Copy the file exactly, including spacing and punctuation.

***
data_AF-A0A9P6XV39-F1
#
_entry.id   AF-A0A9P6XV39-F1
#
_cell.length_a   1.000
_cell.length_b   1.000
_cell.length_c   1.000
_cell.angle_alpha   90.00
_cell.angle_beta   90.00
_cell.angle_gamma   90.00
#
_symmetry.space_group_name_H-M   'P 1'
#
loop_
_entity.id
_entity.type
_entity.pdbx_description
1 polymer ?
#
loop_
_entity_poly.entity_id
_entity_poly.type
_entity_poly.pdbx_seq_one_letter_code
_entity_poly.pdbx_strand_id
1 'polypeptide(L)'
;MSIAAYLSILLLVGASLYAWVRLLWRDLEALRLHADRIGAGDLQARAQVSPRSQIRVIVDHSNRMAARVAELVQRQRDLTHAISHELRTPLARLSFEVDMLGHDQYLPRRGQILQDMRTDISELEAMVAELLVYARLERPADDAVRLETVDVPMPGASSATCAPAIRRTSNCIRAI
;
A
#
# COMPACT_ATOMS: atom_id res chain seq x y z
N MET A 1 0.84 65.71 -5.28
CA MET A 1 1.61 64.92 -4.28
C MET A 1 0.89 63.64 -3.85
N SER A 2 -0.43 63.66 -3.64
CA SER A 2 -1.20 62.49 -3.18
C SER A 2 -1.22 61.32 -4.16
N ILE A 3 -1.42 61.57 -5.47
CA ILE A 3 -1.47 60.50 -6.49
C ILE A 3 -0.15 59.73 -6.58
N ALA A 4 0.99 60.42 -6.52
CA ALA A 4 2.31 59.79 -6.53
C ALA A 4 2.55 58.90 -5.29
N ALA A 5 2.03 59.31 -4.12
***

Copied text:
data_AF-A0A9P6XV39-F1
#
_entry.id   AF-A0A9P6XV39-F1
#
_cell.length_a   1.000
_cell.length_b   1.000
_cell.length_c   1.000
_cell.angle_alpha   90.00
_cell.angle_beta   90.00
_cell.angle_gamma   90.00
#
_symmetry.space_group_name_H-M   'P 1'
#
loop_
_entity.id
_entity.type
_entity.pdbx_description
1 polymer ?
#
loop_
_entity_poly.entity_id
_entity_poly.type
_entity_poly.pdbx_seq_one_letter_code
_entity_poly.pdbx_strand_id
1 'polypeptide(L)'
;MSIAAYLSILLLVGASLYAWVRLLWRDLEALRLHADRIGAGDLQARAQVSPRSQIRVIVDHSNRMAARVAELVQRQRDLTHAISHELRTPLARLSFEVDMLGHDQYLPRRGQILQDMRTDISELEAMVAELLVYARLERPADDAVRLETVDVPMPGASSATCAPAIRRTSNCIRAI
;
A
#
# COMPACT_ATOMS: atom_id res chain seq x y z
N MET A 1 0.84 65.71 -5.28
CA MET A 1 1.61 64.92 -4.28
C MET A 1 0.89 63.64 -3.85
N SER A 2 -0.43 63.66 -3.64
CA SER A 2 -1.20 62.49 -3.18
C SER A 2 -1.22 61.32 -4.16
N ILE A 3 -1.42 61.57 -5.47
CA ILE A 3 -1.47 60.50 -6.49
C ILE A 3 -0.15 59.73 -6.58
N ALA A 4 0.99 60.42 -6.52
CA ALA A 4 2.31 59.79 -6.53
C ALA A 4 2.55 58.90 -5.29
N ALA A 5 2.03 59.31 -4.12